• 87

## Goal

Dolbear's law states the relationship between the air temperature and the rate at which crickets chirp (source: Wikipedia).

Dolbear expressed the relationship as the following formula, which provides a way to estimate the temperature TC in degrees Celsius from the number of chirps per minute, called N60:
TC = 10 + (N60 - 40) / 7.

Another method is to count the number of chirps in 8 seconds, called N8, and add 5
(this is fairly accurate between 5 and 30°C):
TC = N8 + 5.

We are in August and it is very hot.
With the help of Jiminy Cricket, you want to estimate the air temperature while staying cool at home.
You then take a stopwatch, a pencil and a paper, and every 4 seconds, you note the number of chirps of Jiminy.

For example, if you noted the following series: 3 2 3, then Jiminy chirped 3 times in the first 4 seconds, then 2 times in the next 4 seconds, and finally 3 times in the last 4 seconds.

In order to have a good estimate of the air temperature, you take a lot of measurements: one measure every 4 seconds during M minutes.

Once you're done with the measurements, you can compute the estimated temperature using the correct formula!
Unfortunately, Jiminy chirps whenever he wants, driving you crazy and distorting your calculations... so do not take your results too seriously!
Input
Line 1: an integer M for the number of minutes your measurements lasted.
Next M lines: series of 15 integers separated by a space, each integer representing the number of times that Jiminy has chirped in 4 seconds (each line thus represents 1 minute).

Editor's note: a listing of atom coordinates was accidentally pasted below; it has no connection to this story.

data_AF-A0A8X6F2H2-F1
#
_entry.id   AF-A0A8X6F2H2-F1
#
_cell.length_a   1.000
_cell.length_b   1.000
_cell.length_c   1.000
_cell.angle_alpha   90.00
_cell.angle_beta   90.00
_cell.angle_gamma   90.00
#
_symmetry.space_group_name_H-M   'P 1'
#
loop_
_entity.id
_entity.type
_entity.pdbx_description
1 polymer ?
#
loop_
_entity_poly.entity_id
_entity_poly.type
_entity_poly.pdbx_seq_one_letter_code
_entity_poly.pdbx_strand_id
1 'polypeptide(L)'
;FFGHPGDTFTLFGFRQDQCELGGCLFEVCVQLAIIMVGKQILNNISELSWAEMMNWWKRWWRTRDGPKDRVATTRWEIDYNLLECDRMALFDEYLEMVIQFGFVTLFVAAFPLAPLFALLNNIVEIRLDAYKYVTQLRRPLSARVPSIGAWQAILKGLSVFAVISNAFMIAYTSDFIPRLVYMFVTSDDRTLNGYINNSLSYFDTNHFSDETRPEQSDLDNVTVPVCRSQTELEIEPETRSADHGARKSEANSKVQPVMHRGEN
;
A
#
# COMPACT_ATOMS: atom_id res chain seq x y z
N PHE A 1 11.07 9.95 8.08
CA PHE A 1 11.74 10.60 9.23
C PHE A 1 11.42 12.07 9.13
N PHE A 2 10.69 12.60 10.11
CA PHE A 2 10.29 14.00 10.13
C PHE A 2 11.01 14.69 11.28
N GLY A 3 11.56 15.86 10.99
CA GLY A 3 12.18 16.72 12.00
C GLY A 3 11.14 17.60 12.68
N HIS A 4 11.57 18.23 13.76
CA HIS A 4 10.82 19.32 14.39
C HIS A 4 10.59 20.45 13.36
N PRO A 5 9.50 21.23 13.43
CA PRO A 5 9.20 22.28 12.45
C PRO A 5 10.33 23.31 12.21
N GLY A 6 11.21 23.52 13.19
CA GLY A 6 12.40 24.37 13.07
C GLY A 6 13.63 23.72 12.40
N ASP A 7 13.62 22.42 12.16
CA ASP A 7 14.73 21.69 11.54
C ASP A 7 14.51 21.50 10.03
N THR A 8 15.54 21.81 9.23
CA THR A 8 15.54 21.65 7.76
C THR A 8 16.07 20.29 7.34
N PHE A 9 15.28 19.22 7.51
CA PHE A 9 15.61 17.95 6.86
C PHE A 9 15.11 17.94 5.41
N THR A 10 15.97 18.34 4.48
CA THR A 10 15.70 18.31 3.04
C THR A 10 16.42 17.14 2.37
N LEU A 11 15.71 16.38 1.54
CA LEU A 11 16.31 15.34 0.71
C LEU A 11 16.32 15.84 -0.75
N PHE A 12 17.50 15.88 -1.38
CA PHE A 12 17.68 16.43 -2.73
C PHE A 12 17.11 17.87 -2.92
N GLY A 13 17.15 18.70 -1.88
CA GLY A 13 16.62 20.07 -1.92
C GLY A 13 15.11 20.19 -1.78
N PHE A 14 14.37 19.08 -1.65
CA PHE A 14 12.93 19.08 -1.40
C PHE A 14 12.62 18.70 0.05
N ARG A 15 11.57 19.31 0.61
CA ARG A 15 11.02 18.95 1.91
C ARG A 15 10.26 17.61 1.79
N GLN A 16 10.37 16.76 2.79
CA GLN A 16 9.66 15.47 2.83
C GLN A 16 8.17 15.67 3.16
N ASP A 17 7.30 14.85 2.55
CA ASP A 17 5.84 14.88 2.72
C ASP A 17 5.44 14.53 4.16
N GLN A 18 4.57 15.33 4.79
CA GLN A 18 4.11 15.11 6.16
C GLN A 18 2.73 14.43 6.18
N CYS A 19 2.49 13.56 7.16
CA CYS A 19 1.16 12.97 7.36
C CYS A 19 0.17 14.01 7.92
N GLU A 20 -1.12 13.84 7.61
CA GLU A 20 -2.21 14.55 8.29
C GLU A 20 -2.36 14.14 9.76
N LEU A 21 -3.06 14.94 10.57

Output
On the first line, you must return the average of the estimates calculated every minute using the N60 formula.

On the second line, if the result on the first line is between 5 and 30 (inclusive), then return the average of the estimates calculated every 8 seconds using the N8 formula. If your total number of measurements is odd, then ignore the very last measure because it makes the total duration of your measurements non-divisible by 8 seconds.

The results must be printed rounded with 1 decimal place:
16.0 and 16.1 are valid outputs.
16 and 16.12 are invalid outputs.
Constraints
1 ≤ M ≤ 60
For every measure, 0 ≤ measure ≤ 20
Example
Input
2
8 8 6 3 2 4 8 6 9 5 2 1 5 2 8
8 3 3 6 7 2 8 1 7 4 5 4 2 3 9
Output
14.9
14.9

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